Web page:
Fashionista: The number of folks who attended Ebony Fashion Fair (EFF) is staggering. What do you think the show meant to the audience? Linda Johnson Rice: The Ebony Fashion Fair show was and is very important to its audience. The show was often an introduction to high fashion--the show was the first time they got to see high fashion up close and personal and in such a theatrical presentation. The show was a sense of pride for the audience. A show that came from EBONY and was developed just for them, it made them feel special. The audience was proud that a Black woman brought fantastic clothes to their communities and exhibited them. All of that, and it was a sustained and reliable way to raise money and give back to their communities—more than $55 million raised in the 50 years.

Conversely, what kind of influence do you think your mother and EFF had on the designers she bought? My mother’s relationship with designers and fashion as a whole, had impact on them, their designs and the community. Pucci asked my mother to find a black model for him, one of the first models to appear on the runway. Pucci was inspired by my mother; he witnessed her style, grace, elegance and sophistication. He saw her influence in the states and that she was buying his clothes, picking the most fabulous of them, and presenting them to a new audience in a theatrical way. Yves St. Laurent could also be said to have been influenced by her; his designs certainly had influences that were African-American and African. Her presence opened their eyes to African American buying power.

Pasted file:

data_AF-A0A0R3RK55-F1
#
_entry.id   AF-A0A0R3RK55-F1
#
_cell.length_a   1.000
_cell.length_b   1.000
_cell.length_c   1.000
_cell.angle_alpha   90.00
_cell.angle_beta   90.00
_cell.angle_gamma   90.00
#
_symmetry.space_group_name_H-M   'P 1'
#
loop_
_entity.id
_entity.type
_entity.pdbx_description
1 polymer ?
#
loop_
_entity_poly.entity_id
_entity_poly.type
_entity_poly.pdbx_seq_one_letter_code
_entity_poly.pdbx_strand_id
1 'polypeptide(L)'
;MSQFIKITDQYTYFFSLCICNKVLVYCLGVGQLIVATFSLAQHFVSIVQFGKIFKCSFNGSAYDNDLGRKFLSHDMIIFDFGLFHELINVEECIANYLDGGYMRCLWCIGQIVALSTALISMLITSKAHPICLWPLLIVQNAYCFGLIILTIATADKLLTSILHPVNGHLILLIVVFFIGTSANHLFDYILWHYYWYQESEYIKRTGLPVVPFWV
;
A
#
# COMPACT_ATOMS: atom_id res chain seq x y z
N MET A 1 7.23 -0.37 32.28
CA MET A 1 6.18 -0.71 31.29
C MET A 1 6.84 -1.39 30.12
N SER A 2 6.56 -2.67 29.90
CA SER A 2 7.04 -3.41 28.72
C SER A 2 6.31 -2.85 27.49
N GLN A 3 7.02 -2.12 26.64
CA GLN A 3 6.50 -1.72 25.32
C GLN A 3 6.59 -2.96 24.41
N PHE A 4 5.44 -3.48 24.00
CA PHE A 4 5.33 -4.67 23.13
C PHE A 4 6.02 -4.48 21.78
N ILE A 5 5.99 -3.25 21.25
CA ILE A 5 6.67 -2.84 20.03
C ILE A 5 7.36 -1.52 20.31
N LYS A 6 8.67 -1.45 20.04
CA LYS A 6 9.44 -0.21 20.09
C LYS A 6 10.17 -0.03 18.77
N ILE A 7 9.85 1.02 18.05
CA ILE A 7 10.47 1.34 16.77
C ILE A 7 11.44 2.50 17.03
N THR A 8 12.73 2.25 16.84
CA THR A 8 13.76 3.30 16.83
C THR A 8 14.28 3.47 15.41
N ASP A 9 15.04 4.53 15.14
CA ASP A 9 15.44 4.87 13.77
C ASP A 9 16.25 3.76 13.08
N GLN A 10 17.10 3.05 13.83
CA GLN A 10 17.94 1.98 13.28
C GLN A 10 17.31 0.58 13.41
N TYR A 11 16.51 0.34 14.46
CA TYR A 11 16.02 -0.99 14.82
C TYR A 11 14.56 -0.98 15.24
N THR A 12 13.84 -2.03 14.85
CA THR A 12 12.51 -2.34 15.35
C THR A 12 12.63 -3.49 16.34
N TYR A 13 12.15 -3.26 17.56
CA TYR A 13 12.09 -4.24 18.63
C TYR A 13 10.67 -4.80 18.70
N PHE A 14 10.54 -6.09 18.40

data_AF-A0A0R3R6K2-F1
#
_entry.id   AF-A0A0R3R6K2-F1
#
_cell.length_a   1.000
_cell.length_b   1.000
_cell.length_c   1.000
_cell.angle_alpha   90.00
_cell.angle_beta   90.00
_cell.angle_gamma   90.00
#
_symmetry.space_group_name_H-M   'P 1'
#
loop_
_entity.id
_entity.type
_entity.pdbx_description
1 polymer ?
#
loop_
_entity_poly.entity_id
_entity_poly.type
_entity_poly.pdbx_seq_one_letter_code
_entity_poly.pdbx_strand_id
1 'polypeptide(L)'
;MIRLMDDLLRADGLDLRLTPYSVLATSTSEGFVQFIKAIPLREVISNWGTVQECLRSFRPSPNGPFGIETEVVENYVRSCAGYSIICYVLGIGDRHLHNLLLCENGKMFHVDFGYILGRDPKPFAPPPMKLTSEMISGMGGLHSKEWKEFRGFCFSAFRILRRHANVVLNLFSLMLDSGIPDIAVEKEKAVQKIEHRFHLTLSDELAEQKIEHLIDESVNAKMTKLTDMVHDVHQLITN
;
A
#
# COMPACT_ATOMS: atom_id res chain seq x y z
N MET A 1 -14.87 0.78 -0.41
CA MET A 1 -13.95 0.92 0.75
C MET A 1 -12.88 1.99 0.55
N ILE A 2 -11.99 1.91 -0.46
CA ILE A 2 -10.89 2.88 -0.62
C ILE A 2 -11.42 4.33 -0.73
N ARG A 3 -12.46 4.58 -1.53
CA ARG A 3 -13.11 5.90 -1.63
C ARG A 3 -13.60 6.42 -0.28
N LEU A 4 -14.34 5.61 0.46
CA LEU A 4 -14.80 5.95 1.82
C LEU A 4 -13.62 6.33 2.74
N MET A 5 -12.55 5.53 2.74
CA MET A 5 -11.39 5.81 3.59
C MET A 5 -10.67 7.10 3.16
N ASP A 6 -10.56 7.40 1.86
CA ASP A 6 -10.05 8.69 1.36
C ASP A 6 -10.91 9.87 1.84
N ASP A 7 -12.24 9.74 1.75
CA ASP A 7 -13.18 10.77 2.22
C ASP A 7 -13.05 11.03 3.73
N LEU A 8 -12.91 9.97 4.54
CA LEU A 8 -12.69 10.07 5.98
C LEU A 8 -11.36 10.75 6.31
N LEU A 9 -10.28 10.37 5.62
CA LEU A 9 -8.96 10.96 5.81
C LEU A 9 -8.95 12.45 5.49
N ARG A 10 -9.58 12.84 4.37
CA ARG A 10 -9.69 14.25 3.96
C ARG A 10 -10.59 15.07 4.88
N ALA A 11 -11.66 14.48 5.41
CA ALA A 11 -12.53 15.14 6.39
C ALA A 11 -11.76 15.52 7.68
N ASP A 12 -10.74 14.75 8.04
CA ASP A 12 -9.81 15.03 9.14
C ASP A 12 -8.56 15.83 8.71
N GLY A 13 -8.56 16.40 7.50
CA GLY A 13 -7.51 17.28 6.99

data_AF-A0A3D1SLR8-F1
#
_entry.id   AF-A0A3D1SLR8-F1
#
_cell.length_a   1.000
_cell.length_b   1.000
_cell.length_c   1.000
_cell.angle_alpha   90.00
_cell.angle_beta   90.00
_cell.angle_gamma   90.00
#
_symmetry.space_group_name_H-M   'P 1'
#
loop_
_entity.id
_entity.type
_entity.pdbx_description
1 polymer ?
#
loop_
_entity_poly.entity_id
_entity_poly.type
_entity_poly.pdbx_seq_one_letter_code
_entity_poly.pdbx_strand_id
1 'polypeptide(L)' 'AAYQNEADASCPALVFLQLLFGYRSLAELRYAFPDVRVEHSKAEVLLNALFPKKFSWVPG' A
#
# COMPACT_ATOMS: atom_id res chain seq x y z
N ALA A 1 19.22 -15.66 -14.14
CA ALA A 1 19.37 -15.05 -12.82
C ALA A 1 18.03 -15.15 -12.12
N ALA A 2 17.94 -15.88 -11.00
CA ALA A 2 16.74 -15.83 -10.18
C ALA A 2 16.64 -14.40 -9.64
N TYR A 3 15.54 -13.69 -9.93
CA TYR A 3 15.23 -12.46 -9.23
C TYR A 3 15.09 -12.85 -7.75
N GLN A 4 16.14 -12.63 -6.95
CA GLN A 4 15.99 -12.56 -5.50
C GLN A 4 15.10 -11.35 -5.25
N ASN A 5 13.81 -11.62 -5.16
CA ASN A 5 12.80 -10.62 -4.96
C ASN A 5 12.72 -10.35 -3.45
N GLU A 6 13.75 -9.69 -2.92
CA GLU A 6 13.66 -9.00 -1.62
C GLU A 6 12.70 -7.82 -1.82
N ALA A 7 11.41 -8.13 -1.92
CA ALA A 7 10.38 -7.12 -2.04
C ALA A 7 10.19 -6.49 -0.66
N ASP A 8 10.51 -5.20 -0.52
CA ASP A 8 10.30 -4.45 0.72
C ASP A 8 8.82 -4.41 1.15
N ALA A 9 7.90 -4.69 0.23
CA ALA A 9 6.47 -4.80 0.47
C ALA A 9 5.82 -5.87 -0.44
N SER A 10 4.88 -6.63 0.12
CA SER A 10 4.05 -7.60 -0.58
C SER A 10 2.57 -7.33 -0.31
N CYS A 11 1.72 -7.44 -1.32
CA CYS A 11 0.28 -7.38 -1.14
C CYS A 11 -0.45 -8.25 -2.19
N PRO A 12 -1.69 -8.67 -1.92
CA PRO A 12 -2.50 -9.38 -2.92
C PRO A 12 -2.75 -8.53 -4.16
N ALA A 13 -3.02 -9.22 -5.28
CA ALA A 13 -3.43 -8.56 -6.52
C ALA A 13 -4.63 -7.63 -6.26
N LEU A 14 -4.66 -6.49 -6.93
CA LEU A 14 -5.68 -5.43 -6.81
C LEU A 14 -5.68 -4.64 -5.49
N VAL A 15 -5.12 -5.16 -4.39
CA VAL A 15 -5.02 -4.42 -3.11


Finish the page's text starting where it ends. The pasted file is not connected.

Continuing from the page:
Why buy instead of borrow such expensive couture pieces? What was the significance of that? Simply, it was more practical. The show wasn’t a one-off charity show, where you can use it and send it back. She bought the clothes so she could showcase them, from city to city—from 10 cities, to 20 cities and so on.

Did she experience any resistance from the global fashion community in organizing this annual event?

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Did she experience any resistance from the global fashion community in organizing this annual event? No.

Ebony credits the inspiration for the show to Mrs. Dent, but what do you think the weight of your mothers impact was once she connected with the project? My mother’s involvement and support of the show(s) had tremendous weight and impact. She had the creativity, style, sophistication, knowledge and access to capital that made the show into what it grew to be.

Was there/is there any serious rival to EFF? Not in my recollection.

Do you consider your mother a fashion icon, and what made her so in your eyes? Absolutely! My mother had vision. She selected the most theatrical and intricately designed pieces by the top designers. She also reached into the African American design community, identifying young talented talent. And then brought them all together to create a show like no other. She “told” African Americans nationally that they could wear anything. She helped create self-confidence. She leveraged the show to raise millions of dollars to help a community in need—the show sent African Americans to college, it helped benefit the disadvantaged, the homeless and the sick among other things.

What was distinctive about her style? Her style was distinctive because she would push the envelope–-she was never afraid, she dared herself to be different, she had no fear of fashion, at all.

Are you disappointed she never made the best-dressed list? Yes. She was overlooked and well deserved.

Click through to see photos of Johnson at shows, with fashion luminaries like Yves Saint Laurent, Karl Lagerfeld and Andre Leon Talley, and of the EFF through the years.

Photos: Johnson Publishing Company